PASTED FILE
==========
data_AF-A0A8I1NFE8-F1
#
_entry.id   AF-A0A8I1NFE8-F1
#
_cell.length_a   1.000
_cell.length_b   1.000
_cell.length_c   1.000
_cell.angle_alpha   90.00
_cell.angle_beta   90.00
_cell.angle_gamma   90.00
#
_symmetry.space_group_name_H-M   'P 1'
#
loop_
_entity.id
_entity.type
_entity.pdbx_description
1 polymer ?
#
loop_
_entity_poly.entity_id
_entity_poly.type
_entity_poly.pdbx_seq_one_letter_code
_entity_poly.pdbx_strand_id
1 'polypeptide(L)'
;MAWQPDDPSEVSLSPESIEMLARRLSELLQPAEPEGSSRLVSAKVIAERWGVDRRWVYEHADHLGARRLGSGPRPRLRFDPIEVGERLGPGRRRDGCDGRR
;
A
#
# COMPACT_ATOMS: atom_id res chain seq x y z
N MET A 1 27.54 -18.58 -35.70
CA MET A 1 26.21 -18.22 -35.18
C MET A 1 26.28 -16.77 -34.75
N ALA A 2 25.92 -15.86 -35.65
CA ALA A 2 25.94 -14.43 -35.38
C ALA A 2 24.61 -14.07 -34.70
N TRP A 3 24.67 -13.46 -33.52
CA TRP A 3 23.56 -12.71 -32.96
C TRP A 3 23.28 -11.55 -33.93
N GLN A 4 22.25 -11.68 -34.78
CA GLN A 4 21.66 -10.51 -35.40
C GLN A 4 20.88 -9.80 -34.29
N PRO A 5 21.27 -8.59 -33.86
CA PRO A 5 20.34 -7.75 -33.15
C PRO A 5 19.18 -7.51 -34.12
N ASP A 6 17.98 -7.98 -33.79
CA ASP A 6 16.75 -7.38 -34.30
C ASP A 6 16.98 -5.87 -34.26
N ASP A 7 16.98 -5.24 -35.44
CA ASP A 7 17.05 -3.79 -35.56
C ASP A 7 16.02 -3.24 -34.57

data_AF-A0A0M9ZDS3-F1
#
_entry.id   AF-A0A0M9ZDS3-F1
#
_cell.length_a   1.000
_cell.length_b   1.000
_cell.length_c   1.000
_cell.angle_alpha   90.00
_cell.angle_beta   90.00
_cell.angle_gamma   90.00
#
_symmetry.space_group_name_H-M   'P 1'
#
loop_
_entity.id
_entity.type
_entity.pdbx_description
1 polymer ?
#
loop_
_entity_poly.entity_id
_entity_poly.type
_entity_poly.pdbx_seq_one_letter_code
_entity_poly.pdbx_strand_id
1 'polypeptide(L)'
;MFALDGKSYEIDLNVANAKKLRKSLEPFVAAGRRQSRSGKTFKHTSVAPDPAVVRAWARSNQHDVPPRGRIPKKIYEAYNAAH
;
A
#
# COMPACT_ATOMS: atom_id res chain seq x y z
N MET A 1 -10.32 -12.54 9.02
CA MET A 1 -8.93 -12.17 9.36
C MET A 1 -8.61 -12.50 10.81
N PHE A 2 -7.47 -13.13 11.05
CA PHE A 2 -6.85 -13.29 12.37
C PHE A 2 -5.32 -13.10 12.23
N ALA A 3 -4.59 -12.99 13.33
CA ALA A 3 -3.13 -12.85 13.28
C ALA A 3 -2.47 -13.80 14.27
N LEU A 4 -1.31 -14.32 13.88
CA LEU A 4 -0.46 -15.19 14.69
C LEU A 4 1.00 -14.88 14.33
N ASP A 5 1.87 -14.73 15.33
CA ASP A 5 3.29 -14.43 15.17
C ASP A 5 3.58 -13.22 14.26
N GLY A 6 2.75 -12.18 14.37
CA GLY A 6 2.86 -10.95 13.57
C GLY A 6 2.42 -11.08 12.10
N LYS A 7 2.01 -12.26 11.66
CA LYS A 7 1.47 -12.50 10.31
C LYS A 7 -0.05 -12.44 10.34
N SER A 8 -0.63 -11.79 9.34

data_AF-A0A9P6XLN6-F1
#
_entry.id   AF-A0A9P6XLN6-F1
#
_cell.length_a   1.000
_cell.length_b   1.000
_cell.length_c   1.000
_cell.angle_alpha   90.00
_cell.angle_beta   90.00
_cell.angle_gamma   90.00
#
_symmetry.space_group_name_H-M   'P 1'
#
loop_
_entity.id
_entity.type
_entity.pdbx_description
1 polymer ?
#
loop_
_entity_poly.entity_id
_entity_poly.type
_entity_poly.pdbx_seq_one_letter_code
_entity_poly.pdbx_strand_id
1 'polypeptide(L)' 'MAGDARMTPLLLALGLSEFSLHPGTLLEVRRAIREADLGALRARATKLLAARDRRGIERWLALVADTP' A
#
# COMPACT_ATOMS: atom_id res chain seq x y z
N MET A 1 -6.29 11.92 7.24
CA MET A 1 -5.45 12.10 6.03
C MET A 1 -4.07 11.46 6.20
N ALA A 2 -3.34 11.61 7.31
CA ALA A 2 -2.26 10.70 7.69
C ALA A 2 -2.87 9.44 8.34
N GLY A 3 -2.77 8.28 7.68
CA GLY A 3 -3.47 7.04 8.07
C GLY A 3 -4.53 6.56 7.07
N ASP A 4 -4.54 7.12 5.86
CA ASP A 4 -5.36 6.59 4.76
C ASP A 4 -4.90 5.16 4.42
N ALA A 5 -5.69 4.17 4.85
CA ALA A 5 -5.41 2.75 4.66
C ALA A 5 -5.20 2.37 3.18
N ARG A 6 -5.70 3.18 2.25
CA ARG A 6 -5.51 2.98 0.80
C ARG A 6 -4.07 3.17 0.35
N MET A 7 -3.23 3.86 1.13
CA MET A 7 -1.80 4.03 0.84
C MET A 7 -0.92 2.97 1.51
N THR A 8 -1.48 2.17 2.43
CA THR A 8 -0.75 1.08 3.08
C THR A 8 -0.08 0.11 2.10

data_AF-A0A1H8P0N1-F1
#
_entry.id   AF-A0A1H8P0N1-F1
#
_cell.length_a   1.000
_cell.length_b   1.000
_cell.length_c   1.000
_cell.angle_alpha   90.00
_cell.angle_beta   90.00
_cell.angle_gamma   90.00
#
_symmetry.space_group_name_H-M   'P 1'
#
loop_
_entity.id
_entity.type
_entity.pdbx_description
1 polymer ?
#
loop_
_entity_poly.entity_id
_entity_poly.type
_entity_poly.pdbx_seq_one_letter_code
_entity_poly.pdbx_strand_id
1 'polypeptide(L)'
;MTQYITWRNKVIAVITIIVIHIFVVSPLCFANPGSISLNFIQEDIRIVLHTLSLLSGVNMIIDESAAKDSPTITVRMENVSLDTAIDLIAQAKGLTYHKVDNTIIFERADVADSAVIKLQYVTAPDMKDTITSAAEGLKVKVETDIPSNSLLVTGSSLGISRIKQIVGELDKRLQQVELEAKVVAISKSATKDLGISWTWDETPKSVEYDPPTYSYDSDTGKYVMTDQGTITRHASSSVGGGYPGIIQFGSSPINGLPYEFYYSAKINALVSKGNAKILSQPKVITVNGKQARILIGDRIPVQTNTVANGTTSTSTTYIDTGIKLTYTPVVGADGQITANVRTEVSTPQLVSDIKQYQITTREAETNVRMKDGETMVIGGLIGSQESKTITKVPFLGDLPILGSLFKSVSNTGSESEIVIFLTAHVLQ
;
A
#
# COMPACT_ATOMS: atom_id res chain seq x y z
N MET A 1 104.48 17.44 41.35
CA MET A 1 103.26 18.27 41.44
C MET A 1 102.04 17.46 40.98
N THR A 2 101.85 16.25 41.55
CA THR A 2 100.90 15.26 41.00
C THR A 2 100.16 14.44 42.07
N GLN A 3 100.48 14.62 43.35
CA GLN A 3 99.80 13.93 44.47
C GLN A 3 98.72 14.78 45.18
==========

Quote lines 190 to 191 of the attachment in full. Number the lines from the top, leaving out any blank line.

C THR A 2 100.16 14.44 42.07
N GLN A 3 100.48 14.62 43.35